In a corner of a San Francisco hotel suite last weekend, a woman was carrying out her first major heart surgery, while friends looked on sipping glasses of red wine and nibbling hors d’oeuvres.
A few yards away, a female investment banker was swinging wildly with an imaginary baseball bat and a mother was driving a turbo-charged truck off-road while, in another corner, four women whooped as one of their team scored a strike in a ten-pin bowling alley.
The room of flailing arms and hands was mirrored by action on flat-screen TVs around the suite. All of them were hooked up to the Nintendo Wii games console, which is due to be launched in the US on Sunday and on December 8 in Europe.
This was no typical pre-launch party. For that, you had to be on a celebrity A-list in Beverly Hills two nights earlier, joining Paris Hilton, Lindsay Lohan, Chris Rock and Owen Wilson as they tried out the Sony PlayStation 3, on sale from today in the US after its debut in Japan last weekend.
The different social groups targeted by rivals Nintendo and Sony for their console launches – groups including working women, Hollywood stars and hard-core gamers – represent radically different marketing approaches for next-generation consoles that both makers tout as offering revolutionary advances in performance and functionality.
“Our mission was to go out and try to reach the people that would not consider themselves to be gamers,” explains Amy Cotteleer, president of A Squared Group, a marketing consultancy hired by Nintendo.
At the penultimate event of a 24-date tour of the US, the 30 or so women in the suite represent one of two target social groups relatively new to gaming – “the new-wave soccer moms and the multi-generation families,” says Ms Cotteleer.
“These are women who are in charge of the money and make the decisions and want to share that language of gaming with their children, but maybe feel intimidated,” she says. “They come to these events and nine out of 10 end up saying: ‘I want it for myself’.”
The women in the suite are acquaintances of Carol Dolezal-Ng, a mother of two from Berkeley who acts as an ambassador for A Squared, helping to spread the news about the Wii. “I can now see how this would work with the family. We can all be doing something together,” she says. “And I can also see this being a ‘girls’ night out’.”
Nintendo’s Wii is the least sophisticated and cheapest of the next-generation consoles. Its key selling point is its wireless controller, shap-ed like a TV remote control but equipped with motion-sensing technology and a vibrating “rumble” effect. This lets players mimic the movements of a golfer, boxer or a tennis or baseball star, feeling and hearing the impact of their actions.
Nintendo has fared badly in the current console round. It was relegated to third place in sales terms by the Microsoft Xbox, although its GameCube has proved both small and affordable enough for many to buy one as a second console.
The Wii could occupy a similar status in the next-generation console war, with its slim profile and $250 (£179; €249) price tag. But with the revolutionary controller and games that suit a wider audience it could increase its market share by reaching new audiences. “We are really excited about the Nintendo Wii. We think it will bring in the mass-market consumer and that will provide a lot of opportunity,” says Robin Kaminsky, executive vice-president at games publisher Activision.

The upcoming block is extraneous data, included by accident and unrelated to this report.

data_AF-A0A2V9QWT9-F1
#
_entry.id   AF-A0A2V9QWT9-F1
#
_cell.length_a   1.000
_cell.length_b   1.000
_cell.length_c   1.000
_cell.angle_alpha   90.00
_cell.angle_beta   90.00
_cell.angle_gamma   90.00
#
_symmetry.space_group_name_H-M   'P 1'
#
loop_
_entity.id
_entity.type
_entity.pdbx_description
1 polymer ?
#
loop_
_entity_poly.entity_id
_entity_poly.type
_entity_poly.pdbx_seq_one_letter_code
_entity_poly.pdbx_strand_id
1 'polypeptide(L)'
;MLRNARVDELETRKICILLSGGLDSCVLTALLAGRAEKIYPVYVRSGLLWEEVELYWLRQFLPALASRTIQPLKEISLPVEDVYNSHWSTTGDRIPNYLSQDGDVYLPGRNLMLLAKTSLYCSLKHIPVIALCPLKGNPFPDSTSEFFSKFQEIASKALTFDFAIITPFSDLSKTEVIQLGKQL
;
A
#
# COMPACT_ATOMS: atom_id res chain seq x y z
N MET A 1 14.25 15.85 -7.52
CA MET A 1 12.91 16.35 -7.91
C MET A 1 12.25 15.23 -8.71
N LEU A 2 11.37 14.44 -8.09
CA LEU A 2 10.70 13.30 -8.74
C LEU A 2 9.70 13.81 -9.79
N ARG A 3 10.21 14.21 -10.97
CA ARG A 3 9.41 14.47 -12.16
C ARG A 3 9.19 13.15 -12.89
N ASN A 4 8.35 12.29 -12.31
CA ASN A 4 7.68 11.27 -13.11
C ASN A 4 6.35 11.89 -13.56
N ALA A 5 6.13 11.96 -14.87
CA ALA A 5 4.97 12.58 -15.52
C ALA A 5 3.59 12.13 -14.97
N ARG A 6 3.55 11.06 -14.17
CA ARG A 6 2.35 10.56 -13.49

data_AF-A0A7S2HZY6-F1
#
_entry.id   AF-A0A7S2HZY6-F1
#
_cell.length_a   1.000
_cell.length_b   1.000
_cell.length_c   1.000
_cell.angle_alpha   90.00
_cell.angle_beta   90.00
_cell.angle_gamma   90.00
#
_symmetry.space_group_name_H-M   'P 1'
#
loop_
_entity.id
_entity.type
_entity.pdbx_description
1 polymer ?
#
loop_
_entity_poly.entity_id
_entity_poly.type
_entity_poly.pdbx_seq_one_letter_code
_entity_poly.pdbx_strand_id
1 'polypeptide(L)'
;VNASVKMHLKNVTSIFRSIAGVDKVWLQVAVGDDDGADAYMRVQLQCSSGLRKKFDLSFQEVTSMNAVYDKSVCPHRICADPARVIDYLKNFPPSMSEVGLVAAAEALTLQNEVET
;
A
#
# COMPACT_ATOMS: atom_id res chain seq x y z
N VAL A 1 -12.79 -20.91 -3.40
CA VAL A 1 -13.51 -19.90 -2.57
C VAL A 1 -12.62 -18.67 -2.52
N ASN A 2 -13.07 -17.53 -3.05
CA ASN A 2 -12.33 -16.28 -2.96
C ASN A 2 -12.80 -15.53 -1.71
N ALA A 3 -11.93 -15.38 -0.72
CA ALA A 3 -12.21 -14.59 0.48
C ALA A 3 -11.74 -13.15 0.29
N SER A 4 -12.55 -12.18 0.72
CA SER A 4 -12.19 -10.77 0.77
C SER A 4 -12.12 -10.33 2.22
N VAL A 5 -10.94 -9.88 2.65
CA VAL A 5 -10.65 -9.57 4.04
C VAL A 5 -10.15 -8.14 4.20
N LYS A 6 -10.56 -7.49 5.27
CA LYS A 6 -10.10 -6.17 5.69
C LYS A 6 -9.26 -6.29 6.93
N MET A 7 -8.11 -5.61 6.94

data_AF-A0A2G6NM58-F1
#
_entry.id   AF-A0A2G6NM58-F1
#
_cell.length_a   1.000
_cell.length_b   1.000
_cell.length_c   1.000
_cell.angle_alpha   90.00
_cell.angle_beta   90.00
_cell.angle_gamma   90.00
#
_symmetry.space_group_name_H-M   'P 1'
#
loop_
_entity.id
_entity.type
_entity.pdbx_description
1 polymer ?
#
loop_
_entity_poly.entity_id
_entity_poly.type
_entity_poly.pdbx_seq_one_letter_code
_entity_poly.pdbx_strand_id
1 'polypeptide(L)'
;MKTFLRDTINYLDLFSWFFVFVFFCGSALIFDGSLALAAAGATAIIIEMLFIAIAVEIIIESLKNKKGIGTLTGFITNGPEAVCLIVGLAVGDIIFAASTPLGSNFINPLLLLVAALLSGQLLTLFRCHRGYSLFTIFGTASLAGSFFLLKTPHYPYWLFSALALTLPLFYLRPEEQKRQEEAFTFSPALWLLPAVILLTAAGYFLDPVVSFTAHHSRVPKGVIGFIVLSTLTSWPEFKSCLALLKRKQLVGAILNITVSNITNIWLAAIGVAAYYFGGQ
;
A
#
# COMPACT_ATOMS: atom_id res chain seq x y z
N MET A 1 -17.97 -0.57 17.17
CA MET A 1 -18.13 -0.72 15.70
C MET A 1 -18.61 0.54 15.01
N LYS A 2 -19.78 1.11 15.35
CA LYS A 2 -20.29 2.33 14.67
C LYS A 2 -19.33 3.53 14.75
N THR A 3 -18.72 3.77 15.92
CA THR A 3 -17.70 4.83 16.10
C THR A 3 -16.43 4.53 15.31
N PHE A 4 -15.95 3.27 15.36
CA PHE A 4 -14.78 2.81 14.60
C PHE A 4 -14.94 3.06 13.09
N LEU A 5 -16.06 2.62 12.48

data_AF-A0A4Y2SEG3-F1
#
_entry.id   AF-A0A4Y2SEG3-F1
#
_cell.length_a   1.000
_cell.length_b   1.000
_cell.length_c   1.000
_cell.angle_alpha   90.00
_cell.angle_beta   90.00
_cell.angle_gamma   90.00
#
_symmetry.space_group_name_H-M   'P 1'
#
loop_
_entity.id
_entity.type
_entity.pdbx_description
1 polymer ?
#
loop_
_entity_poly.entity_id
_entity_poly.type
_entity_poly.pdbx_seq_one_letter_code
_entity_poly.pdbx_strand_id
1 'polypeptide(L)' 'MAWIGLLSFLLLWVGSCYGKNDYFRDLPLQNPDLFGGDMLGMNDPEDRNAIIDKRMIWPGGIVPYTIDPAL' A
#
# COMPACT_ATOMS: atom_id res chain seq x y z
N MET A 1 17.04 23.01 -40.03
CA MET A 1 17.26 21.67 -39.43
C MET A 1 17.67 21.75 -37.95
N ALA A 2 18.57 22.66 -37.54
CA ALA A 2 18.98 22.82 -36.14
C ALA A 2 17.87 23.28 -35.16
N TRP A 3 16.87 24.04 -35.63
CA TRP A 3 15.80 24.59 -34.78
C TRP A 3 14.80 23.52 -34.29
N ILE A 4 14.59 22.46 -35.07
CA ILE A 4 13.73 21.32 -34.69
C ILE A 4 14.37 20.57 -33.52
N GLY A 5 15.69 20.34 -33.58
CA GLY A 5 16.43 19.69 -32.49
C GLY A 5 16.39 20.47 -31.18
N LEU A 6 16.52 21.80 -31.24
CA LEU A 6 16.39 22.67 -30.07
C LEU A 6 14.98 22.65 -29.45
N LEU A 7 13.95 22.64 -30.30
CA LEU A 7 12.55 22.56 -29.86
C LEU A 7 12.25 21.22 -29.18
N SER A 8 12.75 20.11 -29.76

The PlayStation 3, costing $500-$600, has been criticised for having a less than compelling opening line-up of games and for focusing too much on the in-built Blu-Ray high-definition DVD player. Blu-Ray has both pushed up the PS3’s price and caused production problems. Fewer than 200,000 units are expected to be available at launch in the US, the world’s biggest market, say Citigroup analysts.
The PS3 is appearing a year after its main rival’s Xbox 360, with Microsoft expecting to sell 10m by the end of 2006.
The PS3 does have a motion-sensing controller, though less advanced than Nintendo’s. But it is not marketing the PS3 as an audience-expanding console.
“Historically, hard-core gamers have driven adoption in the console market. PlayStation has recognised that this is an audience it needs to reconnect with,” says Jason Cieslak of Siegel+ Gale, a strategic branding firm, which has worked on marketing the PS3.
The console’s advertising campaign emphasises its geeky technical prowess, including details of processing power and storage. “Some of the components of the PS3 are going to have legs on them for years to come. That’s the big difference – the Xbox 360 and the Wii technically are really not peers of the PS3 from a longevity standpoint,” says Mr Cieslak.
If Sony hopes its latest console will recover from a slow start as consumers catch on to the benefits – such as the quality of high-definition TV and accompanying DVD drives and game systems – it is not a risk-free strategy.
Perrin Kaplan, Nintendo of America’s head of marketing, argues that it could simply take too long for the strategy to deliver results: “It’s still only about 12-18 per cent of households that have high definition, and there’s not a huge difference in the graphical quality.”
Paul Jackson, video games analyst at Forrester, the research company, says: “It’s still early stages, but Microsoft is looking comfortable with a significant lead.”
Most disturbing for Sony, a report by Merrill Lynch last week forecast worldwide market shares in 2011 of 39 per cent for Xbox 360, 34 per cent for PS3 and 27 per cent for the Wii – a doubling of share for Microsoft and Nintendo over the previous generation and a halving of the PS2 share of 69 per cent.
It all makes for gloomy reading for the world’s dominant console maker as it launches its most advanced machine yet.
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